SanQoL outcomes include worrying about disgust, privacy, safety, health and shame. Qualitative studies find that they are often considered more important by individuals than disease outcomes, such as a reduction in diarrhoea. However, evaluations of sanitation interventions often focus on the impact on infectious diseases, aiming to assess if improved toilets have reduced disease for example, rather than exploring their effect on wellbeing or quality of life.

To assess the impact of high-quality toilets on quality of life and mental wellbeing, the researchers interviewed two groups of people, those who used existing pit latrines (the control group) and those who had previously received high-quality shared toilets as part of a non-randomised trial (the intervention group). In total, 424 households were included in the study across 272 compounds. 130 compounds were in the control group and 142 were in the intervention group.

The groups were selected in a previous trial, known as the Maputo Sanitation trial, which took place from 2015-2018. Those who received the high-quality toilets were chosen based on various criteria including the number of inhabitants in the compound; availability of space; and willingness to contribute financially to the construction of the new toilets. Most of the same criteria were applied to the control group. The trial concluded that the intervention had no effect on any measure of child health, including diarrhoea and nutritional outcomes.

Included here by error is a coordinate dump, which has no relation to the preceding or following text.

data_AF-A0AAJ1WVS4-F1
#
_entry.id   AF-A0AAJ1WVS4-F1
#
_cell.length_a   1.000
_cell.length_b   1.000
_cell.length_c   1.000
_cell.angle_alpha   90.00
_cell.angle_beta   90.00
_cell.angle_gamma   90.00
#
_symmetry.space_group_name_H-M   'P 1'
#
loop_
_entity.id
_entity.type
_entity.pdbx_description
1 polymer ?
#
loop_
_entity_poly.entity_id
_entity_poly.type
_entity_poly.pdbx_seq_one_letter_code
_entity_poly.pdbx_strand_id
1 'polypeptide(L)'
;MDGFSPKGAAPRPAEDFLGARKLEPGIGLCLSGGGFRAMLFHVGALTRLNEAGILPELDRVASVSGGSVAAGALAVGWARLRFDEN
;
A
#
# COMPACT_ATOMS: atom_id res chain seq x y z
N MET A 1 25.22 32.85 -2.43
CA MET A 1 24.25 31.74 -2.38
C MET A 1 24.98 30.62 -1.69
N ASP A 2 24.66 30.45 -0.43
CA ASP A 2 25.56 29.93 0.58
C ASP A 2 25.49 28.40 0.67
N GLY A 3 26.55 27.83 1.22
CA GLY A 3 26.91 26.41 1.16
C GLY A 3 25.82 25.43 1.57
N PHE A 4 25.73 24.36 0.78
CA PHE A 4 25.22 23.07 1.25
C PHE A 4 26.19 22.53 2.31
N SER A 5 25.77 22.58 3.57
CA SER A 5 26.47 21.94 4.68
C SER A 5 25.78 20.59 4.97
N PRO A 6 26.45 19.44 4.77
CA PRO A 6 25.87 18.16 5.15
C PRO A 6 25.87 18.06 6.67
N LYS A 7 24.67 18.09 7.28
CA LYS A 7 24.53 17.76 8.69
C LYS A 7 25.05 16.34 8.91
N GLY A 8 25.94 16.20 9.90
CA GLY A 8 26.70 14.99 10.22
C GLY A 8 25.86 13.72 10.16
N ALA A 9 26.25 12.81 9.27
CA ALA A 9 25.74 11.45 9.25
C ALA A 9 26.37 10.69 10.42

SanQoL is measured a on a scale of 0-1, with higher scores equating to better outcomes. The five attributes (disgust, privacy, safety, health and shame) are weighted according to their perceived importance. Individuals answer questions such as “Can you use the toilet in private, without being seen?”, using the responses: always, sometimes, rarely or never.

The research team measured mental wellbeing using the WHO-5 mental wellbeing index, a 0-100 scale that includes five questions relating to feeling cheerful, calm, active, well-rested and finding enjoyment in life.

The group with the high-quality toilets experienced a large gain in sanitation-related quality of life. They measured an average of 0.83 on the 0-1 SanQoL scale compared to the pit latrine group at 0.49. The same group experienced a smaller gain in mental wellbeing, measuring 58.7 on the 0-100 WHO-5 mental wellbeing index, compared to the pit latrine group at 54.4.

The research team acknowledge limitations of the study, including the risk of selection bias due to its reliance on the previous non-randomised Maputo Sanitation trial (2015-2018). Since physical environments and sanitary conditions in these parts of Maputo are similar to large portions of other Mozambican cities, it is likely that findings could be generalisable to those settings, as well as parts of other cities in many African countries. However, the environments differ within and beyond Mozambique, and are likely to influence the relationships explored.

This work was supported by the Economic and Social Research Council through a PhD studentship. The fieldwork was funded by the Bill & Melinda Gates Foundation.



Ian Ross et al. (2022). Impact of a sanitation intervention on quality of life and mental wellbeing in low-income urban neighbourhoods of Maputo, Mozambique: an observational study. BMJ Open. DOI: 10.1136/bmjopen-2022-062517